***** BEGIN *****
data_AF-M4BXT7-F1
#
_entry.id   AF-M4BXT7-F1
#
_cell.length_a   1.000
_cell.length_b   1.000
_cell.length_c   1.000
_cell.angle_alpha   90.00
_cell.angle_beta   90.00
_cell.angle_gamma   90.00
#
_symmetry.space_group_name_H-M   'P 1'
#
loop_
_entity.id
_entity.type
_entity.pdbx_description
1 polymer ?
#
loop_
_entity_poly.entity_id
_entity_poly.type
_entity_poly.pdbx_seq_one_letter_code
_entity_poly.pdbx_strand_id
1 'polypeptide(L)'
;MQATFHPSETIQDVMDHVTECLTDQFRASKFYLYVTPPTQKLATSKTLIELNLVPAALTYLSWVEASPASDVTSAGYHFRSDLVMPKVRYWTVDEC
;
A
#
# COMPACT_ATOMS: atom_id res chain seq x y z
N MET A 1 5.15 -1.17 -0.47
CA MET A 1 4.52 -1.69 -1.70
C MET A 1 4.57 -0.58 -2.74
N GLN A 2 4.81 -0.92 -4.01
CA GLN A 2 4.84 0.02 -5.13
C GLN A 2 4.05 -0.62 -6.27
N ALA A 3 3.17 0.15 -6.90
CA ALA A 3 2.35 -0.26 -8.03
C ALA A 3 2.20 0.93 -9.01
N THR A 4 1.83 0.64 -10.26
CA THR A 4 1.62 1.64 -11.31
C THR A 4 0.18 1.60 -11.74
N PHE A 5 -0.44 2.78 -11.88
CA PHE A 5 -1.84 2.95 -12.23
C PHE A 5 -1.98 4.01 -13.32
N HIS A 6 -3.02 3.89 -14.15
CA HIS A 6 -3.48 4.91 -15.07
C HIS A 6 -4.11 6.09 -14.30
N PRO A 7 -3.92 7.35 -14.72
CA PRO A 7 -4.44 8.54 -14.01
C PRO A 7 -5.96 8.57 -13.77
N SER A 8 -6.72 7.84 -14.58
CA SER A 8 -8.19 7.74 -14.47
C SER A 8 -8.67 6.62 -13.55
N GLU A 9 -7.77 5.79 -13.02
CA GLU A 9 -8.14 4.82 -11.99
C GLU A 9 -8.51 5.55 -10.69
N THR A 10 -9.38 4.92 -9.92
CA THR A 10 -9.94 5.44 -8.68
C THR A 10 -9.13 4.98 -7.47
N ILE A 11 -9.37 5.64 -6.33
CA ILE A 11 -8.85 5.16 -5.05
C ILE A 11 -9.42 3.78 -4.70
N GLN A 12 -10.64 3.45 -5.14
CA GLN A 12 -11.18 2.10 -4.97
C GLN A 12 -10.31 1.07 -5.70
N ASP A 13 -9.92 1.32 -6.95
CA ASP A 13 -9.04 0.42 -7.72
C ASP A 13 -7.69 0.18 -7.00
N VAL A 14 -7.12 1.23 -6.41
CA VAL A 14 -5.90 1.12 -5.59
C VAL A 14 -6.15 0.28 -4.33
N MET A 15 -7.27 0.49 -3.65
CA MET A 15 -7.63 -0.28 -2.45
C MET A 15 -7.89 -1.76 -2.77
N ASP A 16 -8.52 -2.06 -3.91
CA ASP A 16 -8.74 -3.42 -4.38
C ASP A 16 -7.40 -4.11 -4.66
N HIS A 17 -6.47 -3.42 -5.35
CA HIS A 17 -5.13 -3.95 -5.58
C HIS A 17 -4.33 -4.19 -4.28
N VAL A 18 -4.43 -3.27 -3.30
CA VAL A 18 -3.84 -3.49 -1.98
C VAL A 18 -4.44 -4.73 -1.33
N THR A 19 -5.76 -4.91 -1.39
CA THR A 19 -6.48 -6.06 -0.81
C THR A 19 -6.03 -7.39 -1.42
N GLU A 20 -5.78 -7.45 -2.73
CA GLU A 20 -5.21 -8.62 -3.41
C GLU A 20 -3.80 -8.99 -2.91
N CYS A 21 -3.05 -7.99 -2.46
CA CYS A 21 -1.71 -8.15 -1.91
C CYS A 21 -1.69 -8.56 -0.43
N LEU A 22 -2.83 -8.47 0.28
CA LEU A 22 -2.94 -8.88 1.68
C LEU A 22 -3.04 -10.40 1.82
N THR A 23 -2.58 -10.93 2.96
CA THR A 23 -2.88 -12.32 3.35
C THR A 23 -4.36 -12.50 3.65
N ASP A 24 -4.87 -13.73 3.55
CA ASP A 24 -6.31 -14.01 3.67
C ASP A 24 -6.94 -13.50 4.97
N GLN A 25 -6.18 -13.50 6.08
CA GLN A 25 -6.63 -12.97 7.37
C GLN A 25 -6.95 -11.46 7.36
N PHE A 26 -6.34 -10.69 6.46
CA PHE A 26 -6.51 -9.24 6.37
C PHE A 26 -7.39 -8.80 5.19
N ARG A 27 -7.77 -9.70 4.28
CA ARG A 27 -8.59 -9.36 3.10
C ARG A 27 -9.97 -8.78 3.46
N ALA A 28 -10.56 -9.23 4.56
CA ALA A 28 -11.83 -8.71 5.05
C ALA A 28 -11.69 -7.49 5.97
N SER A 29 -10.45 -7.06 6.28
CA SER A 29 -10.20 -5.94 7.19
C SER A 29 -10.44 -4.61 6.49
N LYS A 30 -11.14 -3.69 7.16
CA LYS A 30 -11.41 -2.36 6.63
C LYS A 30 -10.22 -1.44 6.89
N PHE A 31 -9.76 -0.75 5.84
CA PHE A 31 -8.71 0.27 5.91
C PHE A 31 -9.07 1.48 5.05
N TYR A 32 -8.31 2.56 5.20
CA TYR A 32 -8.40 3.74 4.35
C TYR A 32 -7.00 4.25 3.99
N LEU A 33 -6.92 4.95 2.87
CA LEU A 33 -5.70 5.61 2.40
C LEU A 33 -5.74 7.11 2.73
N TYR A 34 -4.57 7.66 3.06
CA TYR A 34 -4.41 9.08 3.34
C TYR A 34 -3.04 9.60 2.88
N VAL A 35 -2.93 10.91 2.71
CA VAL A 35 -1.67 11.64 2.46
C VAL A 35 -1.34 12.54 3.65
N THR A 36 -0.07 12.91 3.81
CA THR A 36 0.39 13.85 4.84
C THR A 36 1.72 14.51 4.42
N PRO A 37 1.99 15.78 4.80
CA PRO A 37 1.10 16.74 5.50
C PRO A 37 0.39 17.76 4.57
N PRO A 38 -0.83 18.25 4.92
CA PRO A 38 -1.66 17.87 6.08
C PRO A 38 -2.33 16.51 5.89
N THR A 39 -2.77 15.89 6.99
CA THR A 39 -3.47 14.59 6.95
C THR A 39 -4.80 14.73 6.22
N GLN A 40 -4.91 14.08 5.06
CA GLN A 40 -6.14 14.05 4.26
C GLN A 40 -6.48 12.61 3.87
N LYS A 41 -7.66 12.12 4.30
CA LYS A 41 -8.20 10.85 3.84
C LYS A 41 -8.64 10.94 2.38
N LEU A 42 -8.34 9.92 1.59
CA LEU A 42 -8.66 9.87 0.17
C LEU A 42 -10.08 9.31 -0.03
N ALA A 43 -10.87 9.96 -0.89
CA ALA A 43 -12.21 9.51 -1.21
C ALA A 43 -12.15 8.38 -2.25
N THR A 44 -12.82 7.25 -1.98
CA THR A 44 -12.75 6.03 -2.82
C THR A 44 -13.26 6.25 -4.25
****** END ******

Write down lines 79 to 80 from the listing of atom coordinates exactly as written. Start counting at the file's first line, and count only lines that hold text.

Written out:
N HIS A 17 -6.47 -3.42 -5.35
CA HIS A 17 -5.13 -3.95 -5.58